“The Council negotiating position has as many holes as a swiss cheese but unfortunately it does not taste that good. An effective law must not offer loopholes for companies to circumvent it, it must look beyond forests to include other threatened nature, and it must address the degradation of all forests, not just a specific type. Only then would it support real change on the ground", says Anke Schulmeister – Oldenhove, Senior Forest Policy Officer at WWF’s European Policy Office.
The European Commission’s proposal published last November included strong elements, which brought a ray of hope for nature and people around the world. It required products entering the EU market to be free from deforestation and forest degradation. Strong measures to enforce the legislation across the EU were also foreseen, including a minimum number of checks and fines that must be proportional to the environmental damage caused and its value, and a clearer framework for Member States on ways to carry out checks and controls. There were, of course, some loopholes left, flagged by the #Together4Forests movement, such as other ecosystems missing from the scope of the legislation, but the new law was on the right track to making a real change.
However, following today’s vote, it no longer seems so. Member States decided to do away with many key elements of the law. They diluted the definition of what constitutes “forest degradation” so that it is more hindering than helping. Moreover, an existing loophole in the European Commission proposal allowing companies that source from “low risk” countries to not carry out a risk assessment, was enlarged by deleting a minimum number of checks for these products. Furthermore, the Council didn’t include other ecosystems beyond forests although they are also under threat, leaving yet another loophole open. All these combined in the future EU Deforestation law make it look more and more like a paper tiger.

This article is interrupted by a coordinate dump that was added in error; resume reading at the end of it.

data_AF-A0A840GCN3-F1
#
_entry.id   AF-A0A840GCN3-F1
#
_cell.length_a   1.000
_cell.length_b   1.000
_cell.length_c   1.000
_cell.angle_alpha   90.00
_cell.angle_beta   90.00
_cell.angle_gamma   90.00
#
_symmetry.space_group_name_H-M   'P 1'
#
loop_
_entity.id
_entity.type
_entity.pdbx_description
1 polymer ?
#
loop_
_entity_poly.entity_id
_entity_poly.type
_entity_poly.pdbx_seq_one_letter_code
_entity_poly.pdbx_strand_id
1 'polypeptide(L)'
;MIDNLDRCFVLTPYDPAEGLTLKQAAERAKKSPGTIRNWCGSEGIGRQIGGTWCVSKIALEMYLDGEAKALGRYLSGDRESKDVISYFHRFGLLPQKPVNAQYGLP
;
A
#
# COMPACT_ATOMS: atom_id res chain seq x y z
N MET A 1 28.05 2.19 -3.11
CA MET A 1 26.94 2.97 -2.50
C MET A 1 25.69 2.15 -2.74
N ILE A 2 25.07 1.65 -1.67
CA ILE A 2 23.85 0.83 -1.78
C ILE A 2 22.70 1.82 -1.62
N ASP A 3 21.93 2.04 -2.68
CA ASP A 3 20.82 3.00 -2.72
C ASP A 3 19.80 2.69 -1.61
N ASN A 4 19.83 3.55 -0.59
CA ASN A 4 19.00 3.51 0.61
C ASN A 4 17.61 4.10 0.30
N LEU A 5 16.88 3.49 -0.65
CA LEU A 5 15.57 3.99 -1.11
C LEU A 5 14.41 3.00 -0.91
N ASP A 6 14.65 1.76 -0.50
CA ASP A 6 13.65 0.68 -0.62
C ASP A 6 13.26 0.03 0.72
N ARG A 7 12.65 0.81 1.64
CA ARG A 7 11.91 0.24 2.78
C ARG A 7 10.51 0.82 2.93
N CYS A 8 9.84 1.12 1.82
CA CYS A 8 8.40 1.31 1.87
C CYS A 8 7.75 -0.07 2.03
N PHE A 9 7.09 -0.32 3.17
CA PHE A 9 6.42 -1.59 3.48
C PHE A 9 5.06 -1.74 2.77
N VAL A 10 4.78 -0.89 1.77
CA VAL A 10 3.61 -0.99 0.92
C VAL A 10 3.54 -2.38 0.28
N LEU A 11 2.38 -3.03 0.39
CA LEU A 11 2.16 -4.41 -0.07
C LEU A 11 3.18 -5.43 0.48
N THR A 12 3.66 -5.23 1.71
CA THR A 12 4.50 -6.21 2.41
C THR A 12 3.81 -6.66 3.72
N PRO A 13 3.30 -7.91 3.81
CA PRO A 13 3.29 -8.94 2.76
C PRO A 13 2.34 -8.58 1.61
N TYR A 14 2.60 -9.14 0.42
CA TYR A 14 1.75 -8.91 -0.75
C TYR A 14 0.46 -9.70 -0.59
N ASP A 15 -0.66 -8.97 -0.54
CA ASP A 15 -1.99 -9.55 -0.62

"With this position, national governments are hollowing out the EU deforestation law, leaving numerous loopholes. This goes against the calls of 1.2 million citizens, industry and scientists for a law to keep nature destruction off the EU market. It also undermines the EU's commitment to halt deforestation, and betrays nature and people affected by this destruction every day," adds Anke Schulmeister – Oldenhove, Senior Forest Policy Officer at WWF’s European Policy Office.
The ball is with the European Parliament now. In their upcoming votes on the law, MEPs must provide a strong response to the Council position, if they want to live up to the level they set in their own proposal for legislation in 2020.
These are the main three weaknesses of the EU Deforestation law that the MEPs must address in upcoming discussions:
Narrow definitions. As defined now, “forest degradation” refers only to the conversion of primary forests (i.e. old, untouched by human activity) into plantation forests and other wooded land. But forests are destroyed in a variety of ways that lead to biodiversity loss or reduce their capacity to fight climate change.
Focus on forests only. Not including other ecosystems ignores the massive threat they are already under through EU consumption. This will likely shift deforestation pressure from forests to other unique places, such as savannahs and peatlands.
Lack of a level playing field. By supporting simplified rules for companies sourcing from “low risk” countries, combined with no minimum level of controls, Member States are actively creating loopholes which can easily be exploited. A massive reduction of controls - from 5% to 1% for products coming from “normal/standard” risk and from 10% to 5% for products coming from regions with a “high risk” for deforestation - will open the door wide for products linked to deforestation to enter the EU market.
Europe is one of the largest drivers of global deforestation in the world, second only to China. The EU is responsible for 16% of tropical deforestation linked to international trade through the imports of commodities such as beef, soy, palm oil, rubber, timber, cacao and coffee and their derived products. It is time to change this, but this Council position will not.
For more information, please contact:
Anke Schulmeister - Oldenhove, Senior Forest Policy Officer firstname.lastname@example.org +32 485 84 31 44
Adriana Trocea, Communications Officer Deforestation email@example.com, +40 728 27 87 37
About WWF (World Wide Fund for Nature)
WWF is an independent conservation organization, with more than 30 million followers and a global network active through local leadership in over 100 countries. WWF’s mission is to stop the degradation of the earth’s natural environment and to build a future in which humans live in harmony with nature, by conserving the world’s biological diversity, ensuring that the use of renewable natural resources is sustainable, and promoting the reduction of pollution and wasteful consumption.
The European Policy Office contributes to the achievement of WWF’s global mission by leading the WWF network to shape EU policies impacting on the European and global environment. Find out more on wwf.euThumbnail image: Aerial view of triggered forest fire and deforestation for planting soybeans, on September 2020, in the Amazon Rainforest, Porto Velho - Rondonia state. © Andre Dib / WWF-Brazil